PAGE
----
If you're saying that the problems are design faults that is a different matter, but I don't think, apart from the T9 tender that's what people are saying.

Keith.
 

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What I've said Keith, is pretty clear. If you want quality control, you have to pay more to employ staff to do that. It would appear that Hornby aren't excercising or prepared to pay for this option. I am not the only person who takes this view

QUOTE If faulty goods are being shipped ex Sanda Kan or Hornby its down to Hornbys product management strength or weakness - good quality needs a good Mfg quality control specification and good pre-shipping acceptance procedures, plus post reciept/pre-sale quality checks.

The factories can produce perfect every time if they are told to - and paid appropriately.
 

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I live in Canada so a large portion of my purchases are done by mail order. Thus returning a defective product is both difficult and expensive. The comments on this forum together with my own observations on two recent A3's is making me reluctant to purchase any more high ticket Hornby items. On my friends A3 the tender brake gear was broken off on one side (poor packaging?) and the metal tire was off on the caretsi wheel. On my A3 the metal tire was off on one of the front bogie wheels. I am reasonably mechanically minded and have some tools so I was able to fix both locos. However one has to wonder if the next problem may be terminal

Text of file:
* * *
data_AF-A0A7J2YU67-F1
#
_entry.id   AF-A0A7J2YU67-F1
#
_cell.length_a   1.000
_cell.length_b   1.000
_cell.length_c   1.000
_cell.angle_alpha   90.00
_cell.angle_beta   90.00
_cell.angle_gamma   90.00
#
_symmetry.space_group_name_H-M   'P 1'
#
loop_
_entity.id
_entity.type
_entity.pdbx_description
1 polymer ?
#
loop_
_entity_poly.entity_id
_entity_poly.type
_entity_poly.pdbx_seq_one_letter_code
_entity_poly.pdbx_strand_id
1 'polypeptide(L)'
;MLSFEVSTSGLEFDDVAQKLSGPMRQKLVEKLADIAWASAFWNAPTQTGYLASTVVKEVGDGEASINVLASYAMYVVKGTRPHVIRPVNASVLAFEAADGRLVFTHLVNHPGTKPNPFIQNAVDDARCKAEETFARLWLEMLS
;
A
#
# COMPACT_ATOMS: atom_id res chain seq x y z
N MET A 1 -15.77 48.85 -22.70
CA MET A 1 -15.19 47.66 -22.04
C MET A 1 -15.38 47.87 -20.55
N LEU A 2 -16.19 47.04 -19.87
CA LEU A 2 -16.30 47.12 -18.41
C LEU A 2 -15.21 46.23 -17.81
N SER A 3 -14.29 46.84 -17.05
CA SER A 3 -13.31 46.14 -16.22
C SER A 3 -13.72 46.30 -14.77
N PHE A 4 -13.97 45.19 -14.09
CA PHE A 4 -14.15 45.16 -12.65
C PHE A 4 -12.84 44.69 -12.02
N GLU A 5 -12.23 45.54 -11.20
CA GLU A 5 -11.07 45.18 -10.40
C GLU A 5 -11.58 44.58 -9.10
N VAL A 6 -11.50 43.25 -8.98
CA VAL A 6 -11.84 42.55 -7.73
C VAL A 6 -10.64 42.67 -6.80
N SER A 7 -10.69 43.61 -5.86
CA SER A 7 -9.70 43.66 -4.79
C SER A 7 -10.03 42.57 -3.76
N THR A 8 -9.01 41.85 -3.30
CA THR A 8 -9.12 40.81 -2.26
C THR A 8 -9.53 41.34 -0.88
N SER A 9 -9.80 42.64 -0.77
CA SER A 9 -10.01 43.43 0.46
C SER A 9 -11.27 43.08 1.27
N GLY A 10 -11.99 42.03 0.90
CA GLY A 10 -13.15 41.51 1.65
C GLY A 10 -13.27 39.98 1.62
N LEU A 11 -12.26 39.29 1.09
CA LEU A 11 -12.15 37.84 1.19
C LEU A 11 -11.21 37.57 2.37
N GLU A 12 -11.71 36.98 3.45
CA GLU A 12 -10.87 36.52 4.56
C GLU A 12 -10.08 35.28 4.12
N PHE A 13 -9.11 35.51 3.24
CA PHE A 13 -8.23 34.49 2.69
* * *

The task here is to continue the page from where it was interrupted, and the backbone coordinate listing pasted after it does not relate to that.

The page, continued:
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*** Hi Keith

I know the Asian companies involved and the processes quite intimately. I have been involved is sourcing tooled and manufactured product out of Asia (Japan, Korea, Taiwan, China) on and off for 30+ years.... everything from high end audio design and manufacture thru industrial items to models.

Re the serrvice diagrammes, they are posted on Hornbys website and are therefore "appproved" by Hornby which is the point. They had to have been passed from Sanda-Kan to Hornby to the web company to post online. Clearly nobody even looked at something that by any standards, is a document that needs formal approval to exist. If they had, alarm bells would have rung - and perhaps the problem would never have hit the street!

The factory designs a model based on information provided. They wouldn't know one end of a T9 from the other - they simply do as asked based on data ex the client.